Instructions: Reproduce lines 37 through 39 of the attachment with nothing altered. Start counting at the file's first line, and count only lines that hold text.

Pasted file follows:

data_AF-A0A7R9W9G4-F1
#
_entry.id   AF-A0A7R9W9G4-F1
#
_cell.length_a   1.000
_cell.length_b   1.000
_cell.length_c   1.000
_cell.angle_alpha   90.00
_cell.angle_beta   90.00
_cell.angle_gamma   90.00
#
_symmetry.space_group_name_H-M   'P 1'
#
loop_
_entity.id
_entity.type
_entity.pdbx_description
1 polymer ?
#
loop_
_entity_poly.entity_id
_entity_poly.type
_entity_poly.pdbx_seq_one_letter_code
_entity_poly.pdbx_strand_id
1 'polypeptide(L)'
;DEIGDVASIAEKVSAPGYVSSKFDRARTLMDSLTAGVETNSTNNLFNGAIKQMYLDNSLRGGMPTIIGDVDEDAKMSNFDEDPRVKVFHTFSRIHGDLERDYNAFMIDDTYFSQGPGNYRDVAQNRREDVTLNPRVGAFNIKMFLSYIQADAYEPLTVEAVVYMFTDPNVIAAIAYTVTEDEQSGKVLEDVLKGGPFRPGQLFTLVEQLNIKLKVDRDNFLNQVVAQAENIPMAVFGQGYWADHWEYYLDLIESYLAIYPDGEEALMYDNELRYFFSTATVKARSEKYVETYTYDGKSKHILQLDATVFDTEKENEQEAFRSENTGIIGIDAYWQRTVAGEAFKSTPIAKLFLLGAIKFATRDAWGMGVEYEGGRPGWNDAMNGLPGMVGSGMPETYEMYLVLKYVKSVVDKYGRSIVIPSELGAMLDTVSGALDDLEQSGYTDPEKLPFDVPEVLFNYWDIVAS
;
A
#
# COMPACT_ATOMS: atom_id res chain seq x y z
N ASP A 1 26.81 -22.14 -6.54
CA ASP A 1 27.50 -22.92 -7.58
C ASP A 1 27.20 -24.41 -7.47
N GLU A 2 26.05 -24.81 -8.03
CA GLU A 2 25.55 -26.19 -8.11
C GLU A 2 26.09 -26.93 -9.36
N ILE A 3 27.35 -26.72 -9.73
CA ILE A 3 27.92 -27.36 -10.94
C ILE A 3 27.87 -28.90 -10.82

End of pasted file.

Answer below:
N ILE A 3 27.35 -26.72 -9.73
CA ILE A 3 27.92 -27.36 -10.94
C ILE A 3 27.87 -28.90 -10.82